Sunday, September 30, 2012

Dancing Stick

The species I find in the county never cease to amaze me.  This delightful stick insect, for example, takes a discerning eye to pick out in the forest.

"My dream in life is....TO DANCE!"

But not really. This guy found me when he started to crawl on a friend during a recent potluck. It's a Northern Walkingstick, Diapheromera femorata, the continent's most common walkingstick. It's about three inches long, but looks bigger because of how long its legs are. 

Its limbs are leafy green and its body looks like it's been sculpted straight from a tree, giving it some terrific camouflage. I've been observing it in an insect cage for the last few days and it truly is a remarkable insect. Walkingsticks are the world's best method actors, taking their role as a stick very seriously. 

...which is a good strategy, as birds are liable to pick these guys right off the plants they're feeding on. 

Friday, September 28, 2012

Science Video Friday - Gangnam Style Science

If you haven't yet heard of the massively popular video Gangnam Style, click that link to check it out. Personally, I'm more of a Call Me Maybe guy, but to each his own.

But what if you add Bill Nye the Science Guy to Gangnam Style? Well, I end up liking the video a whole lot more.

This is where social media meets science, and it is glorious.

Wednesday, September 26, 2012

Species of the Beiser Field Station

I've been busy lately, in a good way. My current project is identifying all the species of insects, spiders, millipedes, and other arthropods I've found at the Barbara A. Beiser Field Station (BBFS) over the past few years as an undergraduate at Marietta College. I spent many hours at the field station and thoroughly explored much of it, taking many photos along the way. I have an article about my experiences coming up in the next issue of the Marietta Natural History Society's newsletter, which I'll link to when it comes out.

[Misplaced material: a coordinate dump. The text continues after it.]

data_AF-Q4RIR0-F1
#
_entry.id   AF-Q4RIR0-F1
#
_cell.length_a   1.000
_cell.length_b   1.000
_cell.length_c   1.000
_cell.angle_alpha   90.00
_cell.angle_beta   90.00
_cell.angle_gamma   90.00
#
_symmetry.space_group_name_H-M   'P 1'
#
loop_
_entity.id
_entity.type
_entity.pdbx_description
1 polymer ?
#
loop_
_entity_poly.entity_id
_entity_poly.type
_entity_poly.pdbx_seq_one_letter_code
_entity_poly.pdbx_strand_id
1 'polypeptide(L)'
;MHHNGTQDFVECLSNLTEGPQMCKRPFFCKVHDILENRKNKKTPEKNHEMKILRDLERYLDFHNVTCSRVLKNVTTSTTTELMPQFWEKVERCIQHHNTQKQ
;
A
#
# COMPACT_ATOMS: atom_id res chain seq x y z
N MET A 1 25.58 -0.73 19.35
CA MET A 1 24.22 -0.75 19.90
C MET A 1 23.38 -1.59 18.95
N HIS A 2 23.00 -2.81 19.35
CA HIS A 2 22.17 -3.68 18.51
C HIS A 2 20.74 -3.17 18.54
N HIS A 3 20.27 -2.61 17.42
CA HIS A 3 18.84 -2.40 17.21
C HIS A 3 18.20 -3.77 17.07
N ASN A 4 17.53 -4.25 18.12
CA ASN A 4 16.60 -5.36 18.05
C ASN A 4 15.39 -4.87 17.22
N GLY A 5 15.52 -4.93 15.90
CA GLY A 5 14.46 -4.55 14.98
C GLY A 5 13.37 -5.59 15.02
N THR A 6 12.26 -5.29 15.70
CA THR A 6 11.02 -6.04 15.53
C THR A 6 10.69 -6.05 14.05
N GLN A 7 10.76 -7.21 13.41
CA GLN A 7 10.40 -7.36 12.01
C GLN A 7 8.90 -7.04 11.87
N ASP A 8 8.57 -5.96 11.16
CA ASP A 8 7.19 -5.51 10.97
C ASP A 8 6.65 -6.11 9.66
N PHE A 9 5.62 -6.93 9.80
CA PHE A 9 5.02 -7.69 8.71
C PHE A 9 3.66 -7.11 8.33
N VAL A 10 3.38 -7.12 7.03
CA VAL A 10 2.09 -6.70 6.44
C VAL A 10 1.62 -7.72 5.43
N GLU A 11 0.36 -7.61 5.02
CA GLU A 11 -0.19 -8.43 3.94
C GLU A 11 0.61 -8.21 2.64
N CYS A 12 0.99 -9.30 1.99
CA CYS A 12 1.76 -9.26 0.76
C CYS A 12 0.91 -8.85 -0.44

UPDATE!: You can read my article here (PDF warning). It starts on page 4, titled Beiser Browsings.

So far I've identified around 200 arthropods from BBFS. The timeline for my sightings and collections goes back to 2010 or so, when I first started going there for things like labs and work days, and the identifications have been a long time in coming. It feels great to have so many identified though, as there hasn't been a taxonomic inventory of BBFS since it was acquired in 2008.

I expect the final list of creepy crawlies to hover around 220, after accounting for duplicates. Some of them are only identified down to family, but I've identified the majority down to species, including some lesser-known groups (that is, those that lack readily-available identification resources) such as harvestmen and millipedes. I've collected many of the species, which are now in the Biology department's insect collection. I'm hoping that somewhere down the line, these collections will come in handy for future students, especially my assassin bug and millipede specimens.

I've found so many charismatic species that have blown me away at BBFS. Combined with the recently-planted patch of pawpaws at BBFS, I expect people to start flocking there in droves in the coming years.

A harvestman from BBFS, Vonones sayi. This pretty species lives under rocks and bark, and exhibits some of the diversity within the harvestmen: they're not all nondescript balls with legs!

Friday, September 21, 2012

Science Video Friday - A mass of harvestmen

After attending a harvestman workshop this past summer, I've become quite interested in the Opiliones. They're a much more diverse group than I previously thought. One of the things I've been searching for since then has been a massive gathering of them, which this lucky person found.


Neat? Or terrifying?
Definitely neat. Come on, harvestmen don't even have venom glands!

Tuesday, September 11, 2012

R.I.P., Richard Hoffman

I recently learned that Dr. Richard Hoffman, the emeritus curator of the Department of Recent Invertebrates at the Virginia Museum of Natural History, passed away a few months ago. This is sad news, and it affected me more than I expected.

I never met him, but after I started researching millipedes, there was no getting away from his work. It's difficult to find a millipede article without at least one citation to Dr. Hoffman, and usually you find more. He laid the foundation for millipede research in North America, and boy was he prolific.

His research interests weren't solely limited to the millipedes, however. He also studied reptiles and amphibians, and other arthropods. Just today I received a publication about the Assassin Bugs of Virginia authored by Dr. Hoffman in 2006, one of the hundreds of publications he authored during his life.

Dr. Hoffman will be sorely missed, but certainly won't be forgotten by anyone with even a passing interest in millipedes.

For more information about Dr. Hoffman's life and research, listen to Dr. Art Evans discuss his interactions with Dr. Hoffman here, and a brief listing of Hoffman's accomplishments can be found on the Virginia Museum of Natural History's website.